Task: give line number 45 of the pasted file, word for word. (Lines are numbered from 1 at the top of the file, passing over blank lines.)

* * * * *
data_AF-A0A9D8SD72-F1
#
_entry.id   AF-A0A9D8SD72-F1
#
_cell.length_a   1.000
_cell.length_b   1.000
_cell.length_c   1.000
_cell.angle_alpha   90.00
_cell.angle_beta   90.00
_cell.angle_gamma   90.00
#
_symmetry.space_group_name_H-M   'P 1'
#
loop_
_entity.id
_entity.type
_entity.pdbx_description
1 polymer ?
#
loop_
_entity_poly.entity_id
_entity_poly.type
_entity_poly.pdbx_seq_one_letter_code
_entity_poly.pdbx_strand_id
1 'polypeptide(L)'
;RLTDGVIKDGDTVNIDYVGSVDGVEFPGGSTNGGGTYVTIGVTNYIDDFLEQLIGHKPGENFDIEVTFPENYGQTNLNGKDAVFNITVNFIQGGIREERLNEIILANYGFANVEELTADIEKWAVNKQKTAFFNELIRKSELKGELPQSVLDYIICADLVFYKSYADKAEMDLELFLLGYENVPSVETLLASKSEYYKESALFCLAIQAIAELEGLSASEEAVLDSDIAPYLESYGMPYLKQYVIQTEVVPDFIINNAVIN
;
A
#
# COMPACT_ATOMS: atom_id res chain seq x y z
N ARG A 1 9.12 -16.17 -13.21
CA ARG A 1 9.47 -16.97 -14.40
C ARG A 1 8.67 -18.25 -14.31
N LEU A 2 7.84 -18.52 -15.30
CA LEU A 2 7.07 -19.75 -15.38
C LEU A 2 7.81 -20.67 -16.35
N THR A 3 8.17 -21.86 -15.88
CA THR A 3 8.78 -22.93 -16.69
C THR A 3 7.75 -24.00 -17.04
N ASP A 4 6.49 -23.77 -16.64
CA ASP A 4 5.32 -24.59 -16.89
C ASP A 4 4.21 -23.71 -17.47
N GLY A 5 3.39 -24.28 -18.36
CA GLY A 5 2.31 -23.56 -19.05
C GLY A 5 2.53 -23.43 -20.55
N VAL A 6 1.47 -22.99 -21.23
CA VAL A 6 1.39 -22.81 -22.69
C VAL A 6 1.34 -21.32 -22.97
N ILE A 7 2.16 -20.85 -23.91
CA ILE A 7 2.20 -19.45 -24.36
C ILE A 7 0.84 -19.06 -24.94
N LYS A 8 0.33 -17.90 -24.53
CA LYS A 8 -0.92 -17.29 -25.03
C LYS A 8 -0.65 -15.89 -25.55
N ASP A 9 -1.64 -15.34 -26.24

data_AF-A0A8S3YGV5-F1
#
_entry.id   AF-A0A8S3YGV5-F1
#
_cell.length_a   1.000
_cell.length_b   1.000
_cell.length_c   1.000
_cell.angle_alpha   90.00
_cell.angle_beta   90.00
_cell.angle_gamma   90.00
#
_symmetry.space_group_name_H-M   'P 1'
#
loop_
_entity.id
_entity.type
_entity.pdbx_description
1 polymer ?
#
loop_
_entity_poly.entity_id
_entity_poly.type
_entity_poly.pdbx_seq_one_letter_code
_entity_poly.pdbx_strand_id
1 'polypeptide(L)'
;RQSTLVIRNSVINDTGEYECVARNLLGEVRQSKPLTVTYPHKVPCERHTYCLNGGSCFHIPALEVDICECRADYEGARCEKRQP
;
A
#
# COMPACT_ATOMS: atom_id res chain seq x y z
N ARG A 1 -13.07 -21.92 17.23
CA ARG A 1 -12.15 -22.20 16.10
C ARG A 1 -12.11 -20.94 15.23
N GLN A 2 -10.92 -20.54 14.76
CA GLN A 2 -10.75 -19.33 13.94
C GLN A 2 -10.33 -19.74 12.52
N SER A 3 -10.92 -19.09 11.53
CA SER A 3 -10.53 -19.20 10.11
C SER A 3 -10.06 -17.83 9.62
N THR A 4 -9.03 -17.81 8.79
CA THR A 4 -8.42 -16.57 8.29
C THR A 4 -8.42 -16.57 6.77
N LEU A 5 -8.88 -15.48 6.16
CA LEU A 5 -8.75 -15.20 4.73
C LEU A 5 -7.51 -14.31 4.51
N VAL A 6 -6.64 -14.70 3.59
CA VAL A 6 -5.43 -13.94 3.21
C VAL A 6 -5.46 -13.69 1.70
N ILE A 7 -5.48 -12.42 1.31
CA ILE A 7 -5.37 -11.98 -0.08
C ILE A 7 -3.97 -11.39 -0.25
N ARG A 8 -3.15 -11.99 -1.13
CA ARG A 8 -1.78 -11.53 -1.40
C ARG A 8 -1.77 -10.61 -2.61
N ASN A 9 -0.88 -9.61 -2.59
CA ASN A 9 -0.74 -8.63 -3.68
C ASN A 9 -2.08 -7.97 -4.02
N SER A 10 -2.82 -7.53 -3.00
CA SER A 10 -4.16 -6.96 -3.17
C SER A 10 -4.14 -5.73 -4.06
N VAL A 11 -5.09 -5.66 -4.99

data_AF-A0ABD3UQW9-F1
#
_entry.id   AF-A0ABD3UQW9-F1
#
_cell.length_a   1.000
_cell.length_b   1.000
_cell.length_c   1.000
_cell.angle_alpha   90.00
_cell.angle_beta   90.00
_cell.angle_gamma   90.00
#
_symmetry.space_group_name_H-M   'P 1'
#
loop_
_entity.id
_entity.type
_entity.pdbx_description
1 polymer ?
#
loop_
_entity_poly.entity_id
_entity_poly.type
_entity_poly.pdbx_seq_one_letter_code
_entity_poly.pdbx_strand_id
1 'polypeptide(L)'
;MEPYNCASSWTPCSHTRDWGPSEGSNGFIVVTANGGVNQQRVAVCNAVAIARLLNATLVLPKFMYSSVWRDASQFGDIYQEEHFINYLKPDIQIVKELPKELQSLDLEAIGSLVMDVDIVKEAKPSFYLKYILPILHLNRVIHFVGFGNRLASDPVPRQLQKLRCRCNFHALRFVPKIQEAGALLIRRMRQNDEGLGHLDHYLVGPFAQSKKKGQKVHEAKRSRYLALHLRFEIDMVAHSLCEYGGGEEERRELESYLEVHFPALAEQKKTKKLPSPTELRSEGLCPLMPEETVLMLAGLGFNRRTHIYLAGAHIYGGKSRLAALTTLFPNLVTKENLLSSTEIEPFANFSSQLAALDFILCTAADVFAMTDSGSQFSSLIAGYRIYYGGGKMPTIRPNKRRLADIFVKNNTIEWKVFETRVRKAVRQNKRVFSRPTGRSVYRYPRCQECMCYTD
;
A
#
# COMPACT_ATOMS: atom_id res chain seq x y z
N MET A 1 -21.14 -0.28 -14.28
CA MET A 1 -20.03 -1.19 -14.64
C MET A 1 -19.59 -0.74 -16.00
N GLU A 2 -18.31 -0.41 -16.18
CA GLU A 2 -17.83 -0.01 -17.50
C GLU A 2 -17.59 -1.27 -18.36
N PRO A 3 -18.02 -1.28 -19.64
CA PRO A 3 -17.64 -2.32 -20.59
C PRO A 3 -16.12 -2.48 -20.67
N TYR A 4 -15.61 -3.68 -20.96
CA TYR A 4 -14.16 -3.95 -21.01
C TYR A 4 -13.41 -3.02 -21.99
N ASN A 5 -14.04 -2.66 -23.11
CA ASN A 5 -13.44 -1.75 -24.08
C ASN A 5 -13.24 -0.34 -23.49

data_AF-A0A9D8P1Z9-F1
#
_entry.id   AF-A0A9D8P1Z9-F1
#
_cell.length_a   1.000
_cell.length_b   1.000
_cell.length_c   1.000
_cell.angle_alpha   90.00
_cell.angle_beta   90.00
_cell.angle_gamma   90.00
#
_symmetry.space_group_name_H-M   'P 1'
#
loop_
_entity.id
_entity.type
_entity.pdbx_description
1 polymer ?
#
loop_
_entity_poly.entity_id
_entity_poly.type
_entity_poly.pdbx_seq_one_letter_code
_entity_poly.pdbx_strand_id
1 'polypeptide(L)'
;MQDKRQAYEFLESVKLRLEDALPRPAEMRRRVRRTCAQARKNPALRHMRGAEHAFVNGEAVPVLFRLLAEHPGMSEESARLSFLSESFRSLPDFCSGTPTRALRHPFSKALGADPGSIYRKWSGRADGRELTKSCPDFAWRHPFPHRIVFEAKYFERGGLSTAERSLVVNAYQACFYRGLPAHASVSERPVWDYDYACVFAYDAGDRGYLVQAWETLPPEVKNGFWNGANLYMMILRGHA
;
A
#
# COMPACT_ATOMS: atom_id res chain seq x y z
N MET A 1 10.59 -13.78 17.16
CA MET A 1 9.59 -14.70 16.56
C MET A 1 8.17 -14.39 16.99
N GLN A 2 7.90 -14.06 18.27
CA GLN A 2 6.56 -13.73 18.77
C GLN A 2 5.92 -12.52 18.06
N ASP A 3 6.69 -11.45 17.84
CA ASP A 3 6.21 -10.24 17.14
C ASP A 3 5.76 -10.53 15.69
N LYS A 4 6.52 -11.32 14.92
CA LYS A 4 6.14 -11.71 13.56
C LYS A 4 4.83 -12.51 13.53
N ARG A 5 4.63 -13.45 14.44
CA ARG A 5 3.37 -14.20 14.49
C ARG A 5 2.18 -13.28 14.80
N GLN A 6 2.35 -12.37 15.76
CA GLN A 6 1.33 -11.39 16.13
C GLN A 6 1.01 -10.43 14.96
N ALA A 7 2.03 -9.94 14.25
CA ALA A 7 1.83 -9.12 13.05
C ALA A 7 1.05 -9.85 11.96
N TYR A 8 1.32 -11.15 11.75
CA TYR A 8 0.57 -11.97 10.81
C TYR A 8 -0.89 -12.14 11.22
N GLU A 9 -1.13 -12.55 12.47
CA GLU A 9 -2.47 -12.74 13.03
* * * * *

C GLY A 5 2.53 -23.43 -20.55